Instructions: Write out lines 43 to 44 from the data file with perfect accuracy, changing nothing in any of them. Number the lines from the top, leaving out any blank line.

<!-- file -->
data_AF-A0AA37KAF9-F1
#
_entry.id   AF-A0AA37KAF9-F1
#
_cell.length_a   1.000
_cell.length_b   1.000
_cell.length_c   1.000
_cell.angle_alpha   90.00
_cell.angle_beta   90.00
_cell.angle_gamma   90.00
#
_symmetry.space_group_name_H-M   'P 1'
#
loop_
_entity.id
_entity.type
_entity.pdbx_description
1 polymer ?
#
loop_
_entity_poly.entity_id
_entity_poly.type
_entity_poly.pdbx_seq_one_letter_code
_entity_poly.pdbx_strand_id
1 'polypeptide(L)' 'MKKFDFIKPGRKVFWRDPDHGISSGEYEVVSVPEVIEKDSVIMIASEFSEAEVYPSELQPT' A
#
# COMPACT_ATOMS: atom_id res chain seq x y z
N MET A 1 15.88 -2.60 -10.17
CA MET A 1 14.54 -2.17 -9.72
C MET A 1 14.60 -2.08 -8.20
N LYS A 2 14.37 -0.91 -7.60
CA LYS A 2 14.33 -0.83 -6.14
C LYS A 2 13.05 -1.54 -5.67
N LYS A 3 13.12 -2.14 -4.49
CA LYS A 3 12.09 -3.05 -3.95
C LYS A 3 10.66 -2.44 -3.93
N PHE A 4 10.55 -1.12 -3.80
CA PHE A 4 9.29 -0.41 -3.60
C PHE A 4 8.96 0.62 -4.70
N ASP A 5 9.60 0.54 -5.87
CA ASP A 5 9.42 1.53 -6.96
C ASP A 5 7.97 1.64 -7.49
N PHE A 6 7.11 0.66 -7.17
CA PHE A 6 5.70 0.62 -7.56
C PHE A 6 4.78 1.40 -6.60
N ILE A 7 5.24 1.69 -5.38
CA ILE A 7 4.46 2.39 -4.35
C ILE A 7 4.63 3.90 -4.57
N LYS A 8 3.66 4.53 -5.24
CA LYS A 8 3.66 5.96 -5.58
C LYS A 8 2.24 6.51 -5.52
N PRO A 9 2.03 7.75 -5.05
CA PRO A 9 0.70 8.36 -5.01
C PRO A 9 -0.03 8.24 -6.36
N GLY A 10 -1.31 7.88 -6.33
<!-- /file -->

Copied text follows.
N PHE A 6 7.11 0.66 -7.17
CA PHE A 6 5.70 0.62 -7.56